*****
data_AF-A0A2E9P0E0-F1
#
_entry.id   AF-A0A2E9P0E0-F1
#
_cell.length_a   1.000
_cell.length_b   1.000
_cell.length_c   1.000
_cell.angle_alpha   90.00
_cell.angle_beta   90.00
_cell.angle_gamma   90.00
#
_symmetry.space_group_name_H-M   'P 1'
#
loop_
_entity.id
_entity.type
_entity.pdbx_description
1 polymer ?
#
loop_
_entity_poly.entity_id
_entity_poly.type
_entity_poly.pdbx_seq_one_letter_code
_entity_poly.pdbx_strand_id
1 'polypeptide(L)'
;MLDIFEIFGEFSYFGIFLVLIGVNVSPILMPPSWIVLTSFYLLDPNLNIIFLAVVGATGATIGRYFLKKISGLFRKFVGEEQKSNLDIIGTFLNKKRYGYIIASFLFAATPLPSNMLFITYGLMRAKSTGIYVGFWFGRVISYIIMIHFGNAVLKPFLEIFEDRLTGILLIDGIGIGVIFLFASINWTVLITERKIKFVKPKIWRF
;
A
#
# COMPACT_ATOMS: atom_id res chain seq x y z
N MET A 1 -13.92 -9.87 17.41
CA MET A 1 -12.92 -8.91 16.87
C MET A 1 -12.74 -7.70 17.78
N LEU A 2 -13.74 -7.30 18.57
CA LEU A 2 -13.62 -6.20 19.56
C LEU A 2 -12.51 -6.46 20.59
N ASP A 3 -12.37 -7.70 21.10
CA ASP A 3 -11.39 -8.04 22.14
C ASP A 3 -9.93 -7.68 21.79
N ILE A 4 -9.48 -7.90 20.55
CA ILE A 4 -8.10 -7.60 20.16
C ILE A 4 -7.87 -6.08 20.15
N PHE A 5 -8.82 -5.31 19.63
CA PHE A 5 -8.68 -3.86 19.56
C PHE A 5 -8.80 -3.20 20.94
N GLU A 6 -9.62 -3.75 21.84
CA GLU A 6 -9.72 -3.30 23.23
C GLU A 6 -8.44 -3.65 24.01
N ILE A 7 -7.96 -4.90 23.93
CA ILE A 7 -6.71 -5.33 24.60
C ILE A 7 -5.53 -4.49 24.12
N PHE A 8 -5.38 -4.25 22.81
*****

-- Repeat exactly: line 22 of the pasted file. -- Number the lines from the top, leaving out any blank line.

_entity_poly.type